For someone who is already having a terrible time at work and seeks solace in the one thing she loves; how can BCCI be so cruel and poison me with an overdose of India-Sri Lanka series in SL!

I was on the verge of my first serious break-up with my first love. It would’ve been unfair cause it is not entirely cricket’s fault; but we know many a times relationships break due to 3rd party involvements. Fortunately, the future is still looking relatively positive and cricket is pursuing me to continue the relationship. So I’m giving it another chance, cause if I don’t, I think I’ll hurt the most!

The Love Affair Continues…

Between VVS Laxman and Eden, between VVS Laxman and us fans.

I’ve been a huge fan of the Fab Four – The God, The Wall, The Prince and The Very Very Special Man. And now add the brave openers Gambhir and Sehwag. If the Prince was still around the batting line-up would be perfect – the Scintillating Six! Each one of them with their unique styles has only given us joy and nothing less.

VVS is the quiet performer among them all. He will come to the crease, get to his hundred in no time, boost the team score and quietly fade away in the background. In the time spent at crease, he would’ve mesmerised us with the magical melody he played. His batting is sheer delight, a sight to savour. Hailing from the land of another graceful player, VVS has pretty much lived up to the expectations he has built up. He has one of the best records against the mighty Aussies and today, he gave SA glimpses of the genius he is.

He makes you fall in love again and again with the array of strokes on display. Extra cover, mid-on, mid-off, square, third man , name the area and he had it covered. Improvisation is his biggest asset – remember that shot of Warne’s legside ball hit to extra cover in 2001. Today, he hit Duminy between cover and mid-off, then shots followed on the on-side and in the mid-off and extra cover region – no fielder moved, not a single one.

His record at Eden is fantastic , a 1000 runs, 4 centuries which includes that memorable record-breaking 281 in 2001. It is his arena, his stage, his region of dominance, he has marked his territory with supreme authority. As my dear friend PK told me yesterday, that no matter where he bats in the line-up; if it is Eden, Laxman will get a century!

He is the perfect team man. See what his presence and fantastic catch to send Kallis back, did to the morale of the team. Always the one to put his hand up when the team is in distress. He is now only playing tests but every time he walks onto the field he gives it all.

Sehwag’s batting makes you go WTF, Gambhir and Dravid’s brings in assurance, Sachin’s is a God’s blessing, and Laxman’s brings that smile to your face which any passerby can notice; making him wonder why you are smiling. Laxman has that charm on us.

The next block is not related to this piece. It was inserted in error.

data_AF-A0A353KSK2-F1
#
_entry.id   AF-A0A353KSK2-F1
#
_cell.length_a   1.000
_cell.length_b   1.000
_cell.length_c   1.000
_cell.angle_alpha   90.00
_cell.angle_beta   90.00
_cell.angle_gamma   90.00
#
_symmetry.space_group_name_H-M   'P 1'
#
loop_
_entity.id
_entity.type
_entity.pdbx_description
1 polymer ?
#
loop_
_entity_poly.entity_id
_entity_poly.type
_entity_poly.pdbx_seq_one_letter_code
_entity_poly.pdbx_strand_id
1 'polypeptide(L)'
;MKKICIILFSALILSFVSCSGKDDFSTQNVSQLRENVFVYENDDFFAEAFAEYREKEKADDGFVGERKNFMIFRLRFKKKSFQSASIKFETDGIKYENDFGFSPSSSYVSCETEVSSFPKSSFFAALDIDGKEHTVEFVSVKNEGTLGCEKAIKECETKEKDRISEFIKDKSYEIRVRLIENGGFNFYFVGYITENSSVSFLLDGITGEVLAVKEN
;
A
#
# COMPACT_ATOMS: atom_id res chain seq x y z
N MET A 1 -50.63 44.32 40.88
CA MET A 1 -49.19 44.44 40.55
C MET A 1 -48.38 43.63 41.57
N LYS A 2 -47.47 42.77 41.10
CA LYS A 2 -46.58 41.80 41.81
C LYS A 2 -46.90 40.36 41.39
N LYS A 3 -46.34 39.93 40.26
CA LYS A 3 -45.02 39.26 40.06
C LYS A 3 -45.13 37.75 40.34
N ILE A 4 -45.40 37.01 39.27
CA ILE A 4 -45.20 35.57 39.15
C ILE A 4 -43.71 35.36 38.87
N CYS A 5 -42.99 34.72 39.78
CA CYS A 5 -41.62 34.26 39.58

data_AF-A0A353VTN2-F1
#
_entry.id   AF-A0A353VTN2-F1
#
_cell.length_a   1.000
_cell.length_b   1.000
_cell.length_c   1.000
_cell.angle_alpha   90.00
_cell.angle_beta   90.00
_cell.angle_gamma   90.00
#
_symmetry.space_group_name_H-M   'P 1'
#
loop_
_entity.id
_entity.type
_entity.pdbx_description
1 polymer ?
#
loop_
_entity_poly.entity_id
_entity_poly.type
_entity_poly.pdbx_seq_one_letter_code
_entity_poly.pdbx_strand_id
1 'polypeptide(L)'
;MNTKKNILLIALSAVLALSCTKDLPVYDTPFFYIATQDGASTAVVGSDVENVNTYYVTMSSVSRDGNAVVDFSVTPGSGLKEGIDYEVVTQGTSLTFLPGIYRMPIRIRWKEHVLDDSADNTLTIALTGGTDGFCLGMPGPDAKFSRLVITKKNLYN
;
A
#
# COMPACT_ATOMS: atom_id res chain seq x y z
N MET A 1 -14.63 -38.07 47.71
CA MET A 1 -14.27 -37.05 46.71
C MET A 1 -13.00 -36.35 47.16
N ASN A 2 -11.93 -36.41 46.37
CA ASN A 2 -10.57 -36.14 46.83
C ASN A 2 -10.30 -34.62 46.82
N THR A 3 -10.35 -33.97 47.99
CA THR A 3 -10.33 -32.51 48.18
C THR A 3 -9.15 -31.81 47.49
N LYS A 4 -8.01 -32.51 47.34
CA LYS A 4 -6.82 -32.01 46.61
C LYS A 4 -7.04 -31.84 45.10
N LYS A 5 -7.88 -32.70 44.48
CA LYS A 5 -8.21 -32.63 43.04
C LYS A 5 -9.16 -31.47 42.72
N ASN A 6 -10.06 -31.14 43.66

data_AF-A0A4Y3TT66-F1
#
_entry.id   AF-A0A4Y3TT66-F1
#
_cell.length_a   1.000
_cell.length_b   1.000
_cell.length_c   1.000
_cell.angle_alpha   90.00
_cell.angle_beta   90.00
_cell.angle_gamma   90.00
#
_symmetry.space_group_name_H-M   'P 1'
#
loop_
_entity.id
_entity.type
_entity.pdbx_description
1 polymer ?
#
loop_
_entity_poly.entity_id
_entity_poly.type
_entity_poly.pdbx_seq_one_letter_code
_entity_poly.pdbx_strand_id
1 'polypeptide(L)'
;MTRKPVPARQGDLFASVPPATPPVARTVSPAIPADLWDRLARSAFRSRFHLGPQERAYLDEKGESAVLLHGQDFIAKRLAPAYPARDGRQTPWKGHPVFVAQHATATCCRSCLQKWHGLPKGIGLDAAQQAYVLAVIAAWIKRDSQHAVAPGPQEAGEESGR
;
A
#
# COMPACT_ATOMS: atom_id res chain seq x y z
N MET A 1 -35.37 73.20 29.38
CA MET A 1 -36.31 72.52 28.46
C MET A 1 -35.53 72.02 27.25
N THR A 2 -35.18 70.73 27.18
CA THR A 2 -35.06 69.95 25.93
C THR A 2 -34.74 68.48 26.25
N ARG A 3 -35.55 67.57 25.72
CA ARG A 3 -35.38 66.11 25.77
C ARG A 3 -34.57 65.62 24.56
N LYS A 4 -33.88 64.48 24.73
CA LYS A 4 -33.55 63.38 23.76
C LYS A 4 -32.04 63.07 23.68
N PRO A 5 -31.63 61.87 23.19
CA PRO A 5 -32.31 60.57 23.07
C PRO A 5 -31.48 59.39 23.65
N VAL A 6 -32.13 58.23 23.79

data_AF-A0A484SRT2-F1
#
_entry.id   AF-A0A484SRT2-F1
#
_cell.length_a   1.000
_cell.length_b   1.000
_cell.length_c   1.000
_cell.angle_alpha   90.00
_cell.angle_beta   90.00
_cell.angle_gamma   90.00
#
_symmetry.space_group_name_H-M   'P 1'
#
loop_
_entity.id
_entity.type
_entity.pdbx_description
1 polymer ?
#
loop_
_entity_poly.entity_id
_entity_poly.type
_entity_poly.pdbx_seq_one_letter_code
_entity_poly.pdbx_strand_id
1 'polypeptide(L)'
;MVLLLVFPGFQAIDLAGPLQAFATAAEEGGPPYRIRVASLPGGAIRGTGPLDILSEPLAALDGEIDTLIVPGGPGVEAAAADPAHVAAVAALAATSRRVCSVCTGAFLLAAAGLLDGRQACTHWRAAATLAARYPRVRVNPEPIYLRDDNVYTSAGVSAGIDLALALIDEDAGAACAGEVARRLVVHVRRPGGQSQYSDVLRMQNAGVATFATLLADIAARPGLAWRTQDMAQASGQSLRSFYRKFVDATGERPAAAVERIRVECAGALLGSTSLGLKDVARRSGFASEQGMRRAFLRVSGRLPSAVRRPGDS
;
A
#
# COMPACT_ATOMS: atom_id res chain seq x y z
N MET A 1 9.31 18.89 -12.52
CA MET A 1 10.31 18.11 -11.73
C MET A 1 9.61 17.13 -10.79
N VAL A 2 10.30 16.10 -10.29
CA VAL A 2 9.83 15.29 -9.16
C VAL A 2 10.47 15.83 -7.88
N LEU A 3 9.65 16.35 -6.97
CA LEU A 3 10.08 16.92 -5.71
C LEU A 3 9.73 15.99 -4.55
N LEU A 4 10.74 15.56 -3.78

But my friend PK summed it to perfection today about VVS’s special batting:

“Every shot of Laxman brings to my mind the adjectives – yummy, delectable, sumptuous. If only I could gorge on all of Laxman’s innings , I would be ready to die of high cholestrol”

I’ve not seen anyone come up with a better description of this man’s batting – yeah let’s relish every bit of it, while it lasts.

Ind-SA First Test Post-Mortem – Twitter Style

Selectors Goof-Up #Fail

Old war horse Kallis’s century  and Amla’s double hundred #Pass

Non-performance of Indian bowlers #Fail

Lack of support to Zaheer #Fail

Fielding a 3rd string batting line-up against one of the best pacemen in the world #Fail

Lack of runs from an experienced opening duo #Fail

Sehwag-Badri batting in first innings #Pass

Steyn’s explosive pace, outswing, reverse swing, 145Kph, full-length, short-pitch #Pass

Collapse – 6 wickets for 12 runs #Fail

Tendulkar’s ton #Pass but failure to own his test and save the day for India #Fail

Seniors failing to set an example to young debutants #Fail

Dhoni’s uneasiness at the pitch #Fail

Curator of the pitch #Pass

Selectors running for cover by recalling Raina, Karthik #Fail. Who told you to drop them in the first place !

Journalists trying to run down this team with unnecessary criticism #Fail

Media hyping the Indian Team #Fail. Media is the first to pull them down and lose faith in them.

Missed Dravid-Laxman sorely #Yes

Lost my faith in the Men in Blue #No

Expectations from this Indian team to turn around in Eden #Hope

Battlefield Nagpur

The series is being touted as the Championship series where the current No.1 and No. 2 test sides in the world will be at their wits end to conquer each other.

However, both the sides are entering the series with their own share of troubles. India taking field without Dravid against a team with a fine pair of fast bowlers is like swimming in the seas without a life jacket. In the last decade Dravid has been not only the major contributor to her wins at home and abroad against the best sides but also been the best equipped in the team to tackle the pacers and put a prize on his wicket.